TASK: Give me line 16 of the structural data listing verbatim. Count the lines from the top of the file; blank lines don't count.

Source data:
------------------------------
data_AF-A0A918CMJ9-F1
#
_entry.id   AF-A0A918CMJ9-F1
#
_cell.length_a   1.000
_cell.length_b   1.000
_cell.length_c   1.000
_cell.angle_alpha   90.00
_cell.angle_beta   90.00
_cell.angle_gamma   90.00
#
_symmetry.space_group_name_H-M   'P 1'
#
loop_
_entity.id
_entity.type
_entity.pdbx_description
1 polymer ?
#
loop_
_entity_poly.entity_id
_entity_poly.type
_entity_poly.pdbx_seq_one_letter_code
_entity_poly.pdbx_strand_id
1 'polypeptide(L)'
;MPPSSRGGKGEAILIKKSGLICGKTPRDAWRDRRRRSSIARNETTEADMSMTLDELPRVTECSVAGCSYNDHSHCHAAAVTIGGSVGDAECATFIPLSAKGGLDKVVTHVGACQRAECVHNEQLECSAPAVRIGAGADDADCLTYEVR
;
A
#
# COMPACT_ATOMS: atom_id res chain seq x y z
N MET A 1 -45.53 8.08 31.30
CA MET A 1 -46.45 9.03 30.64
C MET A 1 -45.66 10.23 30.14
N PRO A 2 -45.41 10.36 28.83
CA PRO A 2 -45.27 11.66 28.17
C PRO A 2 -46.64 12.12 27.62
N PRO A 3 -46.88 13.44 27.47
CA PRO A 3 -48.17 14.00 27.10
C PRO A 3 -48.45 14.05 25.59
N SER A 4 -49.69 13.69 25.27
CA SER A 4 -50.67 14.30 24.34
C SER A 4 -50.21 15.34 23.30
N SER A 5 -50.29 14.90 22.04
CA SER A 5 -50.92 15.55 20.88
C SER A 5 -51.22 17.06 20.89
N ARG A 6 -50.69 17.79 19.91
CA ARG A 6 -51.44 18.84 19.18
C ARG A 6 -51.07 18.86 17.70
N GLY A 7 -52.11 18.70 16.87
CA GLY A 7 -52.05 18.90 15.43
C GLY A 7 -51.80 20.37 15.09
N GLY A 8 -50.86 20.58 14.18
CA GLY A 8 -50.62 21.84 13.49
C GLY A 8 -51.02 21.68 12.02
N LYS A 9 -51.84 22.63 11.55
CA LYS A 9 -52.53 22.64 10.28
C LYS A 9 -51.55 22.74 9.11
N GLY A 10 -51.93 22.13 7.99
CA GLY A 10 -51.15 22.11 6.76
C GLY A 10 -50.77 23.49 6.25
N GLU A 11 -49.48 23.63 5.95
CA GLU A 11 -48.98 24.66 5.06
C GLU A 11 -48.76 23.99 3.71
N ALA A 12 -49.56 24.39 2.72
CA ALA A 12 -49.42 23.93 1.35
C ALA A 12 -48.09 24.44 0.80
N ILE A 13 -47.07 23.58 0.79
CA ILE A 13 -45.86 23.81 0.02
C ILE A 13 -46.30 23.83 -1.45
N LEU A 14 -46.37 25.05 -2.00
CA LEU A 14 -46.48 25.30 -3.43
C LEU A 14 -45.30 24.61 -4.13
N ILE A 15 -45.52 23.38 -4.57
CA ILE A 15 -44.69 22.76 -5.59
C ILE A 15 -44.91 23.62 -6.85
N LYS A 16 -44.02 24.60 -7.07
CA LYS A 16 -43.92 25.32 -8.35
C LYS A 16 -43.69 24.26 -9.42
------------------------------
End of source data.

_entity.type